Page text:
A Brooklyn mom claims her 17-year-old daughter was partially paralyzed after eating a pot brownie last month.
Allison Buchanan told New York's PIX11 that her daughter Danieel bought a brownie from another student at school, but wasn't aware it had weed in it.
While a normal reaction might involve some uncomfortable feelings and maybe a nap, the teen's case took an usual and worrisome turn, according to her mother.
The school called Buchanan at 11 a.m., she says, and informed her Danieel had high blood pressure and that her heart was racing. They took her to the emergency room at Brooklyn Hospital and the teen was then released to her parents.
Her mom said she couldn't walk and that she was "convulging" (likely meaning she was convulsing, but PIX11 doesn't clarify), so they took her to another hospital. By 3 a.m., she was still ill and her blood tests only showed marijuana in her system, according to her mother.
“She’s not able to walk. She can’t stand. She can’t sit up," Buchanan told PIX11. "They have never seen anything like this before.”
Buchanan says her daughter had no pre-existing conditions and didn't use drugs or abuse alcohol. The hospital recommended rehab therapy, but the family's insurance — Empire Blue Cross, Blue Shield — reportedly denied the claim.
Marijuana is legal in Washington, D.C., but there's one big problem: where do you get it?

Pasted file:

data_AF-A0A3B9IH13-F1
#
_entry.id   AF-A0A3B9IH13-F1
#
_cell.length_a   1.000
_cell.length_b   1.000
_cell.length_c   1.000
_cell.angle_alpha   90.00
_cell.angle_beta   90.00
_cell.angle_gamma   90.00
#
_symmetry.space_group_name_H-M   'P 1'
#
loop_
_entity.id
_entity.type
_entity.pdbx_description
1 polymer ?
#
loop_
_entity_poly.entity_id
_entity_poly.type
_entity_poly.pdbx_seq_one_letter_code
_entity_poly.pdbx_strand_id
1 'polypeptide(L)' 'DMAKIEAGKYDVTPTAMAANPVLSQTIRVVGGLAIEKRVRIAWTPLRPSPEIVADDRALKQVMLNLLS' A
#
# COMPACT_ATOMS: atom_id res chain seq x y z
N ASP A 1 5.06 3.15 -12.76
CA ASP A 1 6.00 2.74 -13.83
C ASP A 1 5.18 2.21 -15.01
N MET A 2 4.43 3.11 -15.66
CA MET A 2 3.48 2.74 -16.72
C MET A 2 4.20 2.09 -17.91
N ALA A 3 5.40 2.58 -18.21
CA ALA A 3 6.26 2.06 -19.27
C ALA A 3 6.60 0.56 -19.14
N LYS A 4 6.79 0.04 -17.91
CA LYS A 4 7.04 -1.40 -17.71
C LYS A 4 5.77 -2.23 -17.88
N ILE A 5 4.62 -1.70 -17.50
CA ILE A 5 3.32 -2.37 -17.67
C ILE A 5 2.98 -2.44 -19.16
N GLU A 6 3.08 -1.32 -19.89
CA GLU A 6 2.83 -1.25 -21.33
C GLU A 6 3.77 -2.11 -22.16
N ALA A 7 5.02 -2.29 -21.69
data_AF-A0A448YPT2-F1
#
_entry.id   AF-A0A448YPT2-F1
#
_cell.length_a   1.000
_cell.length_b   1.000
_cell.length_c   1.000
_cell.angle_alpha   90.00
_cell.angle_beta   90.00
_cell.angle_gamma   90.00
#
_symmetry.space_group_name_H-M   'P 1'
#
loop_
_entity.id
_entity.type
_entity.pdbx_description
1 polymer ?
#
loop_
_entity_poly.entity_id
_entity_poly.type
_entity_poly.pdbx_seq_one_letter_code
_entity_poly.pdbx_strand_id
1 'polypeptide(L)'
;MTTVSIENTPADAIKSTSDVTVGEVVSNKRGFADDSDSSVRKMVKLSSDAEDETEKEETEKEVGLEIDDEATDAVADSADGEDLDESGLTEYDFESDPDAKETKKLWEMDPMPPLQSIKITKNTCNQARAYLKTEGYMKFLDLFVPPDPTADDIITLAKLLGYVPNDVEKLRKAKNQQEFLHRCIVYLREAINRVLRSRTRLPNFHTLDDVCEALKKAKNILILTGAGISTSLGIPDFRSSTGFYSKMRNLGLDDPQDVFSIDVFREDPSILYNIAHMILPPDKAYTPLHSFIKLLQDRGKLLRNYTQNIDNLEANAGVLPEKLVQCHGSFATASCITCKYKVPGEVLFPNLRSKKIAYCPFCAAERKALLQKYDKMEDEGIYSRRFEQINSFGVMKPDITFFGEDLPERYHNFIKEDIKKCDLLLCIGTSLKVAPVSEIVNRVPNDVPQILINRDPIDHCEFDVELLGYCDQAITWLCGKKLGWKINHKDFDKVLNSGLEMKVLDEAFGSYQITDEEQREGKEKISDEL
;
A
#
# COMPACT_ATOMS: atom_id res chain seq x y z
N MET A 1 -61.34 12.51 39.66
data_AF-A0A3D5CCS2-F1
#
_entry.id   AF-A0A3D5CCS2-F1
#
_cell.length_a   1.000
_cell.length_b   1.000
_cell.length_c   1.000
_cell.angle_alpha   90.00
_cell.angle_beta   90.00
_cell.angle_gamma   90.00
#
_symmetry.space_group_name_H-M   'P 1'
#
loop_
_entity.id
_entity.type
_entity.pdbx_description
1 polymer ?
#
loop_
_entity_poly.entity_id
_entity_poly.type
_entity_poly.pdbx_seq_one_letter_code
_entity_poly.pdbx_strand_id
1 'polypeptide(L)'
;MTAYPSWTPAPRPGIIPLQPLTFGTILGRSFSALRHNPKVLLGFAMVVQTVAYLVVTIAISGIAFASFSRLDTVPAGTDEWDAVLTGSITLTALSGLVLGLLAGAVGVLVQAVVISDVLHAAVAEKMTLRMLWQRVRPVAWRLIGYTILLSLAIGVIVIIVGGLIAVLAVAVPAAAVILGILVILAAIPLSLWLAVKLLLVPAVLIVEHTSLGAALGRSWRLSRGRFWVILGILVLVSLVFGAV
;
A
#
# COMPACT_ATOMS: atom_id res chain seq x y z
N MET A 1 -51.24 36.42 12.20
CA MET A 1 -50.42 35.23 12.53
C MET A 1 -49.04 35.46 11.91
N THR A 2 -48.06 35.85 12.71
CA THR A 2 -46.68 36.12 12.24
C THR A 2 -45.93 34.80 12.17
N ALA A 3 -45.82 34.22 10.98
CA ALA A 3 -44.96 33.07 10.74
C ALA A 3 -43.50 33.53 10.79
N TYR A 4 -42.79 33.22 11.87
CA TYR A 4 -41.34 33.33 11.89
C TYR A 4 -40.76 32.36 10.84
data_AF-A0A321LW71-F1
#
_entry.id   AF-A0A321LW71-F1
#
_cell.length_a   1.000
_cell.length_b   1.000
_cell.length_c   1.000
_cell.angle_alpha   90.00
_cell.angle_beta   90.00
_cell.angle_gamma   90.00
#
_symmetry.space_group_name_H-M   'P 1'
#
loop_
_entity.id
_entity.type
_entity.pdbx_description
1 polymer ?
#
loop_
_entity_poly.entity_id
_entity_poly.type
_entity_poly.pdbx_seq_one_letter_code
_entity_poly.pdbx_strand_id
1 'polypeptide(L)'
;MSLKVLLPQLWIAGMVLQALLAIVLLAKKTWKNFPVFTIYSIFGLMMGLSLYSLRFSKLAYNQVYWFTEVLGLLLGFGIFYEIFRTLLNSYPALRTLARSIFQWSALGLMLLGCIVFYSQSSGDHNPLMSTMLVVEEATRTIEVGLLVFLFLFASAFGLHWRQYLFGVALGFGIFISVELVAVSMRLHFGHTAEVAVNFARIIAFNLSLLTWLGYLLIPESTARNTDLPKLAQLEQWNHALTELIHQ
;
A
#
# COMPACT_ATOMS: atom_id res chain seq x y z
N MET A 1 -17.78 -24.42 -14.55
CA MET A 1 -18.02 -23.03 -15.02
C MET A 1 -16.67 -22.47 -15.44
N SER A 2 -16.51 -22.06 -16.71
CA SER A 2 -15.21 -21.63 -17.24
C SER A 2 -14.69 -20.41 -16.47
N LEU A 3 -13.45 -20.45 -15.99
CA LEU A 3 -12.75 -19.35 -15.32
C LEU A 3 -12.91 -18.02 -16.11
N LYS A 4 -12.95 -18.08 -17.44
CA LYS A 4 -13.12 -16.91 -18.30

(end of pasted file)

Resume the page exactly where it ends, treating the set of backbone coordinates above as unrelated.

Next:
Congress blocked the District from setting up regulations that would allow the drug to be sold and taxed, but growing at home is permitted under the existing law.
Faced with the regulatory restrictions, activists want to inspire some urban horticulturalists with seed sharing events on March 26 and 28.
Both events (one at a bar and the other at an activist campaign headquarters) will be free and open to the public, so long as you're over 21, present a government ID, and follow the guidelines.
The main rule: you can't exchange money or goods for seeds, you can only share. As you might imagine, activists expect a more seed seekers than sharers, so they've invited some ringers to make sure there's plenty to go around, the Washington City Paper reports.
Jeff Mizanskey was arrested in 1993 after he attempted to purchase about five pounds of marijuana. When he was convicted, he received a life sentence since he had two previous cannabis felonies on his record.
Now, Missouri lawmakers are considering a bill that could free Mizanskey and any other prisoners who have gotten life sentences for marijuana (the bill's author isn't aware of any other cases, but it's possible).
While Mizanskey might be the only case in Missouri, there are plenty of comparable stories across the country. A 2013 report by the American Civil Liberties Union found 3,278 people were serving life sentences for nonviolent drug and property crimes.
Ted Hesson was formerly the immigration editor at Fusion, covering the issue from Washington, D.C. He also writes about drug laws and (occasionally) baseball. On the side: guitars, urban biking, and fiction.